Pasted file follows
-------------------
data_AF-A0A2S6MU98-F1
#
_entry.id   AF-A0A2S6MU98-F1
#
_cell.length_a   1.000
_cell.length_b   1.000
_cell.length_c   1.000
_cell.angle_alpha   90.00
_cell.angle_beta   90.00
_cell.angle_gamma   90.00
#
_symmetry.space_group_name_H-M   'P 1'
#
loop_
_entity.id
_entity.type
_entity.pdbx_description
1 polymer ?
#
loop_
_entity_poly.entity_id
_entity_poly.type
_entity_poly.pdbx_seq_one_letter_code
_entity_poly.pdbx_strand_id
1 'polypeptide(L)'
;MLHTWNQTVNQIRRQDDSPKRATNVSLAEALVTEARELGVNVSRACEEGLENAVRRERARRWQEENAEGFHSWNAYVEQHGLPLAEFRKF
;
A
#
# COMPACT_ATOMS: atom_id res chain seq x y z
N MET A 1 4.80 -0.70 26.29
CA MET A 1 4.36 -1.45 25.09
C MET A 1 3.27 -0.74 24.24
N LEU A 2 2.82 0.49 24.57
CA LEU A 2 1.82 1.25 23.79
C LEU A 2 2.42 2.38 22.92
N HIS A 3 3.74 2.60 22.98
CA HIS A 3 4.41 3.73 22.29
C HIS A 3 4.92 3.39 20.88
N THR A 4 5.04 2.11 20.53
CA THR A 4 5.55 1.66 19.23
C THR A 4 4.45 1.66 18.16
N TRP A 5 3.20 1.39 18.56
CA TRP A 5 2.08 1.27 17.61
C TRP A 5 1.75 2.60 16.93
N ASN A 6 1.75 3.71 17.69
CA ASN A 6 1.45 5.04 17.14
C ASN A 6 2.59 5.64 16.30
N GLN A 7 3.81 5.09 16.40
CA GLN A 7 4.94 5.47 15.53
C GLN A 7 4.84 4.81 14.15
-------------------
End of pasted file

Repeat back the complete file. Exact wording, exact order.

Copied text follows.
data_AF-A0A2S6MU98-F1
#
_entry.id   AF-A0A2S6MU98-F1
#
_cell.length_a   1.000
_cell.length_b   1.000
_cell.length_c   1.000
_cell.angle_alpha   90.00
_cell.angle_beta   90.00
_cell.angle_gamma   90.00
#
_symmetry.space_group_name_H-M   'P 1'
#
loop_
_entity.id
_entity.type
_entity.pdbx_description
1 polymer ?
#
loop_
_entity_poly.entity_id
_entity_poly.type
_entity_poly.pdbx_seq_one_letter_code
_entity_poly.pdbx_strand_id
1 'polypeptide(L)'
;MLHTWNQTVNQIRRQDDSPKRATNVSLAEALVTEARELGVNVSRACEEGLENAVRRERARRWQEENAEGFHSWNAYVEQHGLPLAEFRKF
;
A
#
# COMPACT_ATOMS: atom_id res chain seq x y z
N MET A 1 4.80 -0.70 26.29
CA MET A 1 4.36 -1.45 25.09
C MET A 1 3.27 -0.74 24.24
N LEU A 2 2.82 0.49 24.57
CA LEU A 2 1.82 1.25 23.79
C LEU A 2 2.42 2.38 22.92
N HIS A 3 3.74 2.60 22.98
CA HIS A 3 4.41 3.73 22.29
C HIS A 3 4.92 3.39 20.88
N THR A 4 5.04 2.11 20.53
CA THR A 4 5.55 1.66 19.23
C THR A 4 4.45 1.66 18.16
N TRP A 5 3.20 1.39 18.56
CA TRP A 5 2.08 1.27 17.61
C TRP A 5 1.75 2.60 16.93
N ASN A 6 1.75 3.71 17.69
CA ASN A 6 1.45 5.04 17.14
C ASN A 6 2.59 5.64 16.30
N GLN A 7 3.81 5.09 16.40
CA GLN A 7 4.94 5.47 15.53
C GLN A 7 4.84 4.81 14.15